-Michael Cuscuna


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A Listen to Late Billie Holiday

David Brent Johnson dedicates a program to the Billie Holiday sessions on Verve in the ‘50s. While her Columbia album Lady In Satin showed a marked decline in her voice, I think the Verve sessions with all-star accompaniment are for the most part excellent. Like Sinatra’s transition from the ‘40s to the ‘50s, Billie’s singing here is rich in maturity and depth.

-Michael Cuscuna


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Jazz in the 1960s: A Guide to the Greatest Albums

Jazzwise has bravely and unwisely cobbled together a guide to the greatest jazz albums of the ‘60s. But such lists are made to be contested. I’d vote for Crescent over A Love Supreme, Change Of The Century over Free Jazz and Mingus, Mingus Mingus over Black Saint And Sinner Lady. But so what! What an amazing decade!

-Michael Cuscuna


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Chasing Trane: A Chat with the Director of the New Coltrane Documentary

Tom Schnabel has been an outstanding music programmer on KCRW for decades. He has posted the episode of his Rhythm Planet with John Scheinfeld, the writer-directer of the John Coltrane documentary Chasing Trane. Tom’s musical choices are as interesting as the interview.

-Michael Cuscuna


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Hear Denzel Washington Speak the Words of John Coltrane

This trailer for the new John Coltrane documentary “Chasing Trane” is loaded with well-known talking heads, waxing in perceptive appreciation of this artist. I haven’t seen the film yet, but what really peaked my interest was the inclusion of a lot of previously unseen photos, especially of Coltrane at home and with his family.

-Michael Cuscuna


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Yusef Lateef with Ahmad Jamal: Marciac 2011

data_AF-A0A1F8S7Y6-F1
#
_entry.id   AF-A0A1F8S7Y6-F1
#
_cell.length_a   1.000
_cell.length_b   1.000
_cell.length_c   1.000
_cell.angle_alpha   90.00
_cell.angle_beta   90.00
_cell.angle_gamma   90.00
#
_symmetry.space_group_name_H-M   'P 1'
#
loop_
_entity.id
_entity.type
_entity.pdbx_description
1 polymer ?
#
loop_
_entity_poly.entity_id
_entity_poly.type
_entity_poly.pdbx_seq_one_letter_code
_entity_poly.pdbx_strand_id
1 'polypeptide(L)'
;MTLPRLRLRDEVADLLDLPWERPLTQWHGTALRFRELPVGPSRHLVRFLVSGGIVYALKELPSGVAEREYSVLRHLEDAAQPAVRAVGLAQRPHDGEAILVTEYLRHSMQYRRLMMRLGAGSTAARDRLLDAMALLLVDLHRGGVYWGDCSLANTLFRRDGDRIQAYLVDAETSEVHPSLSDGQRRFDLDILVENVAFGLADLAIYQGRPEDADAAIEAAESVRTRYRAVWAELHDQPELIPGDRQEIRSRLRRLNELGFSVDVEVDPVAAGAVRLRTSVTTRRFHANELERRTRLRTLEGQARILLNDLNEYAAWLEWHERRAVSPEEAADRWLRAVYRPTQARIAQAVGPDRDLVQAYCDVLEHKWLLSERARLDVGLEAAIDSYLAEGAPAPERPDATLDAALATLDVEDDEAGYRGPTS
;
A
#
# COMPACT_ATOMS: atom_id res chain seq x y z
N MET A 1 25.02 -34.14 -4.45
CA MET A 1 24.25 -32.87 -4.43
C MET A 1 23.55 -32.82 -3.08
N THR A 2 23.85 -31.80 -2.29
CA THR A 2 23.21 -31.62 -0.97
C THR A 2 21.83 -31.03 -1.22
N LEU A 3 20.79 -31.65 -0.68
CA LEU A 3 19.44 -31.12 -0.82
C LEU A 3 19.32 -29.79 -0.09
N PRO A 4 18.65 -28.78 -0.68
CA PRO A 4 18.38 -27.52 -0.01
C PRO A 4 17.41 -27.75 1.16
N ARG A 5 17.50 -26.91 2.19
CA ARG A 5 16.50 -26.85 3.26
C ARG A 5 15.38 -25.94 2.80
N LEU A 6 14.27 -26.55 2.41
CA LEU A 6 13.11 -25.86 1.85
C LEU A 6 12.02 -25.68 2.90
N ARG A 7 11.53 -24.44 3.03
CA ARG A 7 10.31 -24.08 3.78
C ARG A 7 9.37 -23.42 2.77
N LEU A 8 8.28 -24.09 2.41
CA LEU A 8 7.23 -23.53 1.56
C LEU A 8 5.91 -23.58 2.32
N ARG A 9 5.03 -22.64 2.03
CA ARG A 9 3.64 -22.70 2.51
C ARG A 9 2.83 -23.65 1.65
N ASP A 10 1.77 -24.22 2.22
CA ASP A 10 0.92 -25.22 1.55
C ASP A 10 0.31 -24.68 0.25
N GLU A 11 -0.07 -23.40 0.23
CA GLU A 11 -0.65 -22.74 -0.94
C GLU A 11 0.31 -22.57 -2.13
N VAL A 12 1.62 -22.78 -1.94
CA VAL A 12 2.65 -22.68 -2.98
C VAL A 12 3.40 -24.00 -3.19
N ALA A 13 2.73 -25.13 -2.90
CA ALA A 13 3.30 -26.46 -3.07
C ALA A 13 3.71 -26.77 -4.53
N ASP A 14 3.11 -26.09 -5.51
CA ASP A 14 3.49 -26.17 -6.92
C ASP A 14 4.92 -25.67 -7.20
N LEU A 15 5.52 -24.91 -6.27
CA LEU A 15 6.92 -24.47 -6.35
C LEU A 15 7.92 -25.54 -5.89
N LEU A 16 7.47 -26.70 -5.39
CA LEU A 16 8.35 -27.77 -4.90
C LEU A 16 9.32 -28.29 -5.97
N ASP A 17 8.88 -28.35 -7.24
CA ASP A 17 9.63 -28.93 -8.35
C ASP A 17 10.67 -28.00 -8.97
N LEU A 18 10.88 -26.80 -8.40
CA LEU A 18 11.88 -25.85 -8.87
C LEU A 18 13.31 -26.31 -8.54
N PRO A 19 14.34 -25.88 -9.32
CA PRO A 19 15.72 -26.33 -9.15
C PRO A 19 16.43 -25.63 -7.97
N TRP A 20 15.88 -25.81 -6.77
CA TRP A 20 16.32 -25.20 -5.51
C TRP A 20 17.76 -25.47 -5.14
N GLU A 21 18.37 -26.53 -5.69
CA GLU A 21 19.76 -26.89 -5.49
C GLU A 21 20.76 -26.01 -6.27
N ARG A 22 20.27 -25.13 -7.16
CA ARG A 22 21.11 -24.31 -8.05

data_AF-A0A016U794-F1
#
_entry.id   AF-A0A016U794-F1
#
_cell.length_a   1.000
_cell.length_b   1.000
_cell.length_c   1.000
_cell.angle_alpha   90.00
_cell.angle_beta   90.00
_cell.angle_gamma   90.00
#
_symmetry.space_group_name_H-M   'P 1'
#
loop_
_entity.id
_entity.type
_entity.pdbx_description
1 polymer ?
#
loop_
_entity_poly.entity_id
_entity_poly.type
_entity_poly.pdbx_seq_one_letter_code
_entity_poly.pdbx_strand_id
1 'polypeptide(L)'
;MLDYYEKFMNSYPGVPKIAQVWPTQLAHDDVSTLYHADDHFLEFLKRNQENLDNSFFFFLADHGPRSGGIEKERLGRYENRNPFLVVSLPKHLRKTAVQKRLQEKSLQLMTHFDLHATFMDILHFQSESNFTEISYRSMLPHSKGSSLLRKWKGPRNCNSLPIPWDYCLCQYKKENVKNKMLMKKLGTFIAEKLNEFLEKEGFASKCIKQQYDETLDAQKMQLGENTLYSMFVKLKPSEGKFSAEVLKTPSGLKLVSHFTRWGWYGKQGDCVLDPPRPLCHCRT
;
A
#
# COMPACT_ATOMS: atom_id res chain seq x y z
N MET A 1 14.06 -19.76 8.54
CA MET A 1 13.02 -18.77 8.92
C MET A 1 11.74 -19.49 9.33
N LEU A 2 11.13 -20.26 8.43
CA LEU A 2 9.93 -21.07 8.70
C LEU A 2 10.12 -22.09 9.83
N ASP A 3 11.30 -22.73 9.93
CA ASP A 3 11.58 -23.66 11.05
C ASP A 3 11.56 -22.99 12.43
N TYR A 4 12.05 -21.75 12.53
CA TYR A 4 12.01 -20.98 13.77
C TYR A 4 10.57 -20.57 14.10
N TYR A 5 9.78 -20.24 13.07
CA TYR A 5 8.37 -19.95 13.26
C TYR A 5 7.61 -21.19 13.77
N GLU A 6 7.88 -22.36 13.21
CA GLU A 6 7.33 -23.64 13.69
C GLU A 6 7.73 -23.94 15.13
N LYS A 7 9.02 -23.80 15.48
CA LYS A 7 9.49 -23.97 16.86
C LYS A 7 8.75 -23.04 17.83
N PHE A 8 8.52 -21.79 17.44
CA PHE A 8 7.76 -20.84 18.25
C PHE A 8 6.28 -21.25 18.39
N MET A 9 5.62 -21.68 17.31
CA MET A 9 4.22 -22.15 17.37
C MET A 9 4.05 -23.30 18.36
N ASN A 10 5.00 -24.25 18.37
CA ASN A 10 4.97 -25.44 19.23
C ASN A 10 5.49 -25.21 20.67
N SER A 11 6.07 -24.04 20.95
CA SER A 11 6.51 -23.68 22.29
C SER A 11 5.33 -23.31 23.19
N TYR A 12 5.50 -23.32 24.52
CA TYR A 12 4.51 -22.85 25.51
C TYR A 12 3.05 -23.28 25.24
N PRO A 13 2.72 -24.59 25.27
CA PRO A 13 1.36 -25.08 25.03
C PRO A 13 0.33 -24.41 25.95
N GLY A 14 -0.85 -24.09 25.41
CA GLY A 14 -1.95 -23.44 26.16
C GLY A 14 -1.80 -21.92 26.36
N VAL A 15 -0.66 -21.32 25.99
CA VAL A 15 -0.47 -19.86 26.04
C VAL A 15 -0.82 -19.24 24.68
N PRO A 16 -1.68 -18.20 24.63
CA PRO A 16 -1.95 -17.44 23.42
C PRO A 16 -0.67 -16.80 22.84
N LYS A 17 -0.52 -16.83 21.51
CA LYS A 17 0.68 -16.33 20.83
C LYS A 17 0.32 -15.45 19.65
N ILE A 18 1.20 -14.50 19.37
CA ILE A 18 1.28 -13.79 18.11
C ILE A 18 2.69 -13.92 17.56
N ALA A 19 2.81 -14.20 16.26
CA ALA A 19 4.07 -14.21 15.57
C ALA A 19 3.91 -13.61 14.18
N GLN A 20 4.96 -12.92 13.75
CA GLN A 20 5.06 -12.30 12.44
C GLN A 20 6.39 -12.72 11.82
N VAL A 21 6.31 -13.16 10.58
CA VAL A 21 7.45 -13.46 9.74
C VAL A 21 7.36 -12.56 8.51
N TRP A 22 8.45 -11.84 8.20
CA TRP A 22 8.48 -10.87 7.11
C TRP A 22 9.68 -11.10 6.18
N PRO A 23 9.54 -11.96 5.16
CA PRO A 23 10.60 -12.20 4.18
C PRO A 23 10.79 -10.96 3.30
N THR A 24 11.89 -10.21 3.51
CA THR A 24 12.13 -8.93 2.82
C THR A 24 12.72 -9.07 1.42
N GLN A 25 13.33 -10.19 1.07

This unusual encounter comes from the jazz festival in Marciac, France. Yusef Lateef joins Ahmad Jamal’s trio for a beautiful flute piece. It’s a mesmerizing treat.

-Michael Cuscuna



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Cecil McBee: Memorable Sessions

Cecil McBee is in his sixth decade as great bassist at the center of some many important creative projects. Cecil is as thoughtful as he is adventurous. Adam Levy sat down with him to get his observations and memories on key sessions throughout his career beginning with Grachan Moncur’s Some Other Stuff and culminating with The Cookers, a co-operative group organized several years back by trumpeter David Weiss. Fascinating reminiscences from someone who was there.

-Michael Cuscuna


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Jazz on Film


The Sonny Rollins Score for Alfie: The Musical Masterpiece That Outlived the Film

Richard Brody devotes this New Yorker column to the ‘60s film Alfie and its score composed and performed by Sonny Rollins, rightly pointing out time has proven the music to be more lasting than the film. 1966 saw Rollins record two of his many masterpieces: Alfie tightly arranged for nonet by Oliver Nelson, and the very freewheeling East Broadway Rundown with Freddie Hubbard, Jimmy Garrison and Elvin Jones. They were opposite ends of Rollins’s musical spectrum and each equally brilliant.

-Michael Cuscuna


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Miles Davis: Jazz Sorcerer’s Tale

Adam Shatz spins a wonderful overview on Miles Davis with the film Miles Ahead as the catalyst. But his essay is more comprehensive, covering Miles’s impact in all eras and the reactions to what he did at each stage of his complex career. The Don Cheadle film focuses on Miles’s dark period of retirement and his uncharacteristic regret over losing first wife Francis Taylor, two important but often ignored aspects of his life story.

-Michael Cuscuna


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NPR: Weekend Edition


How Otis Redding’s Unfinished Life and Music Still Resonates

On a recent Weekend Edition broadcast, Scott simon interviewed Jonathan Gould, author of Otis Redding: An Unfinished Life. They cover Redding’s all too brief career with plenty of musical excerpts. Otis had the greatest voice to come along after Ray Charles and he shared with Charles the versatility and artistic instincts to radically transform songs and bring them into his own musical orbit.

-Michael Cuscuna